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salvadore
April 25, 2010, 11:18 AM
I'm thinking of increasing my WW melting capability. How many BTUs does a burner have to put out to melt a pot of say 50lbs of WW?

GP100man
April 25, 2010, 12:39 PM
accordin to the wind shields but I`d start at 100,000 Hi pressure burner.

Most burners that are in the turkey fry kits will handle `bout anything the average caster will want .

A 6qt dutch oven full will be close to 150 lbs. easy!

hangfirew8
May 7, 2010, 08:52 AM
Many turkey fryers have... um... overly optimistic BTU ratings. If it says its 60,000 BTU and has a tiny 5PSI regulator, you know something is wrong...

But even with that, if you do a few mods like

Move the burner up closer to the pot
Remove/bypass the safety timer
Improve the wind screen
Use a pot that mostly covers the ring/wind screen


Even the smallest turkey fryer will do the job.

-HF

GP100man
May 7, 2010, 08:58 AM
hangfirew8

Ya brought out a good point `bout the regulator, I use a fryer that has the adjustable reg.

But remember if ya turn up the heat ya need to watch the temp so not to melt the zinc floaters!

Jumping Frog
May 30, 2010, 08:30 AM
But remember if ya turn up the heat ya need to watch the temp so not to melt the zinc floaters!
Yep. I keep a close eye on the temperature so that I don't melt zinc. If I turned my turkey frier onto full blast with a big pot of wheel weights (my pot holds about 100#), the bottom of the pot will have molten lead well above 850 degrees while the pile of wheel weights on top hasn't even melted yet. That is a major problem because zinc would melt right into the mix.

I turn the heat down so that the pot heats more evenly and gradually and make sure I don't melt any zinc. It is a little slower to melt, but I save a lot of time because I don't bother sorting the wheelweights ahead of time. I just skim off the unmelted zinc and steel weights.

Steel185
June 1, 2010, 02:48 PM
hangfirew8 Many turkey fryers have... um... overly optimistic BTU ratings. If it says its 60,000 BTU and has a tiny 5PSI regulator, you know something is wrong...



Exactly. I boil crawfish with the same burner (different pot) and it takes a long time to get 50 gallons up to boil (lots of crawsfish). I did some testing on how long it took to boil a gallon of water. I have two burners, one is cast iron rated at 50,000BTU and a jet burner rated at 100,000BTU. The calulations with the time it took to boil was more like 15,000BTU (cast version with 10psi regulator) and 36,000BTU for the jet(with 20PSI regulator. I really comes down to the regulator, becuase both designs can handle the power up to 60PSI regulator.

Home depot has the Jet Burner with a 20PSI regulator for $34.95

this is cheaper than just buying a 20PSI regulator. I try to keep mine turned pretty low to keep from melting any zinc weights i might have missed. I use the 6qt dutch oven and you have to fill, melt, fill, melt and you can get a full 6 gallon bucket of weights melted in one pot.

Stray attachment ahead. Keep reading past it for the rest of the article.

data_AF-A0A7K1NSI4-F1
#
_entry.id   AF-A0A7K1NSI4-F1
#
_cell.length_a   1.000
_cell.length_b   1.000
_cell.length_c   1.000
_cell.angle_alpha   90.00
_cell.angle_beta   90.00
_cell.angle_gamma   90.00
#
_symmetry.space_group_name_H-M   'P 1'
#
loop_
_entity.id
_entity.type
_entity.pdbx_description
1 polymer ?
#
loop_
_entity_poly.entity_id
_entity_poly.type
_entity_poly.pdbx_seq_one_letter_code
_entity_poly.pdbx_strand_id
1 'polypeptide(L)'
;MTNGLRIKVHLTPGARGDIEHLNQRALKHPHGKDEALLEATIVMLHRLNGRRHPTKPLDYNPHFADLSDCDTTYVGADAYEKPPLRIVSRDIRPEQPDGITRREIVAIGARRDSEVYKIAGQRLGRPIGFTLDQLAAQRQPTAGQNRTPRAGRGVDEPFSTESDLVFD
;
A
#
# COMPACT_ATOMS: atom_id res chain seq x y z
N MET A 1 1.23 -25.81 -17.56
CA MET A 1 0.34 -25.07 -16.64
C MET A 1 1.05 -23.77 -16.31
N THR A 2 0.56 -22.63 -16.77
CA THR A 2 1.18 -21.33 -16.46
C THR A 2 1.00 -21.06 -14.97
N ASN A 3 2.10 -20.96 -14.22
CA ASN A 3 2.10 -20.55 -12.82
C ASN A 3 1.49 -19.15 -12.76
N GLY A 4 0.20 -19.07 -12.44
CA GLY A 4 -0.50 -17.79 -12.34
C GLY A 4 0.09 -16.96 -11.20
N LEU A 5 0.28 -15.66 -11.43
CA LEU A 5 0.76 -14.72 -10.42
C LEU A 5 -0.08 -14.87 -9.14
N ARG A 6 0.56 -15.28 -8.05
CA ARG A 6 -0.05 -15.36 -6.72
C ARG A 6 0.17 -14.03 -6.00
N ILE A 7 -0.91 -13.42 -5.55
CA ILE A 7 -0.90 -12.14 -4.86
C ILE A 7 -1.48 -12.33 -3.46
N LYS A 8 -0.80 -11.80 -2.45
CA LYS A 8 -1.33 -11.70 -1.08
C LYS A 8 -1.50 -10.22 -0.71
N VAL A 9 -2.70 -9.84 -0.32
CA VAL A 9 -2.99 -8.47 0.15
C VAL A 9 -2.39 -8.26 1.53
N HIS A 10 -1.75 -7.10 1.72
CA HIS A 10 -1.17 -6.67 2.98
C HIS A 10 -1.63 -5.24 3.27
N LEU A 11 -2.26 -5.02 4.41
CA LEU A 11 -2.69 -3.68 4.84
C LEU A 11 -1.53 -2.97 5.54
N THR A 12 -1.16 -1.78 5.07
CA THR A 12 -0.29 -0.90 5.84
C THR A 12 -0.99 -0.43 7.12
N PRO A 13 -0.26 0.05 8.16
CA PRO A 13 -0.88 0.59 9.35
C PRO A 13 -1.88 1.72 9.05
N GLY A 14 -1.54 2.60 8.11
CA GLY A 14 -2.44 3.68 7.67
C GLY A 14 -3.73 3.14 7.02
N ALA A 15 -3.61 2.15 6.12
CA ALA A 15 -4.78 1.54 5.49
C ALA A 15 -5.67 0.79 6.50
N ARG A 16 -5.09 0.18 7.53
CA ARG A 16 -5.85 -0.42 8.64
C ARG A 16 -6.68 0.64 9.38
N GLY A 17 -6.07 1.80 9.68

Unclenick
June 24, 2010, 03:10 PM
Most of those BTU/hr are about speed of the melt. A Lee 10 lb pot has a 500 Watt heating element. 500W=1,706 BTU/hr. If 1,706 BTU/hr will melt 10 lbs in a reasonable time, then 5 times that (8530 BTU/hr) will melt 50 lb in the same reasonable time if the coupling to the heat source is as good. Once hot, because the larger mass has less surface area per unit weight, it will actually take even less to keep it melted. So, the melting can be done with under 10,000 BTU/hr. The rest is gravy for speed.

Boiling water: lbs of water times degrees of temperature rise needed to reach boiling = BTU's, total. 50 gallons is about 417 lbs. If you raise the temperature from 75°F to 212°F, with a BTU raising a pound of water one degree, that will be 417 lbs × 137 degrees difference × 1 BTU/lb-deg, or 57,162 BTU's. So that's how many BTU's you have to put into the water. How long that takes to do depends on how many BTU per hour the heater puts out, + BTU's for heat lost to to the air or never fully put into the pot during the heating. If you suppose the open flame loses a third of its heat to the air, then a 15,000 BTU/hr burner would put about 10,000 BTU/hr into the pot, so it would take 57,162 BTU/10,000 BTU/hr = 5.7162 hr, or five hours and 43 minutes to reach the boiling point.

It won't work out that smoothly, because loss rate to the air increases as the pot heats up, but you get some sort of ballpark idea this way.

salvadore
June 24, 2010, 11:18 PM
okie pokie unclenick, does any of that mean that a propane stove claiming 60,000 BTUs is capable of melting say 50lbs of WW in a cast iron pot?

Steel185
June 28, 2010, 01:37 PM
salvadore: short answer, YES, very much so. You will probibly have to turn it down some (half way) to bring the heat up slow enough not to melt any zinc on the bottom before the top of the pile is melted.

Unclenick
June 28, 2010, 04:03 PM
Exactly. You only need maybe 10,000 BTU/hr. 60,000 BTU/hr is overkill, so bring her up nice and slow and watch the temperature. Try to hold it at around 700°F even until you've got all the crud metal skimmed out.

By the way, the burner specs are shorthand. It often simply says BTU's but they mean BTU's per hour. Also, I just noticed Harbor Freight has a sale on their IR thermometer (http://www.harborfreight.com/non-contact-laser-thermometer-96451.html) which covers this range. Not sure how accurate it is off lead, but I know a number of guys are using them on mold blocks.